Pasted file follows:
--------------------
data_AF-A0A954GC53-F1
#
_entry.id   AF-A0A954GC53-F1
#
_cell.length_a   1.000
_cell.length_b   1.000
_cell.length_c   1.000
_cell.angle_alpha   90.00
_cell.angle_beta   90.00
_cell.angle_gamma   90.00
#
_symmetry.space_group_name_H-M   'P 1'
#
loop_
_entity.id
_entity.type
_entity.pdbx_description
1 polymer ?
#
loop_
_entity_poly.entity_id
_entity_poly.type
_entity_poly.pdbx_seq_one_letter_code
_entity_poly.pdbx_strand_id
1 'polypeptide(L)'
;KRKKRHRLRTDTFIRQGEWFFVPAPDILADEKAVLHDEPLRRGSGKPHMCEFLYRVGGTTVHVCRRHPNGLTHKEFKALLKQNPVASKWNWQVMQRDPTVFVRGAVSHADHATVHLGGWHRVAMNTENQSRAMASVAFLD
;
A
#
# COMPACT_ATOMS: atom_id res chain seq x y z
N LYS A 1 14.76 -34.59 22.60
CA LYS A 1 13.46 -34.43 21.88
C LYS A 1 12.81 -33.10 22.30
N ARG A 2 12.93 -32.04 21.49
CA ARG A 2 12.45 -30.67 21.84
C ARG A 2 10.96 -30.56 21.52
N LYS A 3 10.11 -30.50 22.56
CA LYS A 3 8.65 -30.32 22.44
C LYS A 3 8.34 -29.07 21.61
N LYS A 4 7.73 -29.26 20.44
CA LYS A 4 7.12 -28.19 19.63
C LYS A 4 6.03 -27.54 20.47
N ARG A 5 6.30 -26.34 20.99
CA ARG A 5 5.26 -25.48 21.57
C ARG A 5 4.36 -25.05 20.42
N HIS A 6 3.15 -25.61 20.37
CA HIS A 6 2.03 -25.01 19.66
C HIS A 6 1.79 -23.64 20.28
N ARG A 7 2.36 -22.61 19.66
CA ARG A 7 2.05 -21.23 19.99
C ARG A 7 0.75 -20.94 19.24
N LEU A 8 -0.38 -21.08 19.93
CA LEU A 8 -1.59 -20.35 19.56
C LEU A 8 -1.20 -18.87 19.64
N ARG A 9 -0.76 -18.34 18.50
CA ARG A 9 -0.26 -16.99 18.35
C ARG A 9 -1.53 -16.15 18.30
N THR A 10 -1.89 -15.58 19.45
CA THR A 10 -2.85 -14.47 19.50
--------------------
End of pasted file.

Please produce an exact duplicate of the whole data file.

data_AF-A0A954GC53-F1
#
_entry.id   AF-A0A954GC53-F1
#
_cell.length_a   1.000
_cell.length_b   1.000
_cell.length_c   1.000
_cell.angle_alpha   90.00
_cell.angle_beta   90.00
_cell.angle_gamma   90.00
#
_symmetry.space_group_name_H-M   'P 1'
#
loop_
_entity.id
_entity.type
_entity.pdbx_description
1 polymer ?
#
loop_
_entity_poly.entity_id
_entity_poly.type
_entity_poly.pdbx_seq_one_letter_code
_entity_poly.pdbx_strand_id
1 'polypeptide(L)'
;KRKKRHRLRTDTFIRQGEWFFVPAPDILADEKAVLHDEPLRRGSGKPHMCEFLYRVGGTTVHVCRRHPNGLTHKEFKALLKQNPVASKWNWQVMQRDPTVFVRGAVSHADHATVHLGGWHRVAMNTENQSRAMASVAFLD
;
A
#
# COMPACT_ATOMS: atom_id res chain seq x y z
N LYS A 1 14.76 -34.59 22.60
CA LYS A 1 13.46 -34.43 21.88
C LYS A 1 12.81 -33.10 22.30
N ARG A 2 12.93 -32.04 21.49
CA ARG A 2 12.45 -30.67 21.84
C ARG A 2 10.96 -30.56 21.52
N LYS A 3 10.11 -30.50 22.56
CA LYS A 3 8.65 -30.32 22.44
C LYS A 3 8.34 -29.07 21.61
N LYS A 4 7.73 -29.26 20.44
CA LYS A 4 7.12 -28.19 19.63
C LYS A 4 6.03 -27.54 20.47
N ARG A 5 6.30 -26.34 20.99
CA ARG A 5 5.26 -25.48 21.57
C ARG A 5 4.36 -25.05 20.42
N HIS A 6 3.15 -25.61 20.37
CA HIS A 6 2.03 -25.01 19.66
C HIS A 6 1.79 -23.64 20.28
N ARG A 7 2.36 -22.61 19.66
CA ARG A 7 2.05 -21.23 19.99
C ARG A 7 0.75 -20.94 19.24
N LEU A 8 -0.38 -21.08 19.93
CA LEU A 8 -1.59 -20.35 19.56
C LEU A 8 -1.20 -18.87 19.64
N ARG A 9 -0.76 -18.34 18.50
CA ARG A 9 -0.26 -16.99 18.35
C ARG A 9 -1.53 -16.15 18.30
N THR A 10 -1.89 -15.58 19.45
CA THR A 10 -2.85 -14.47 19.50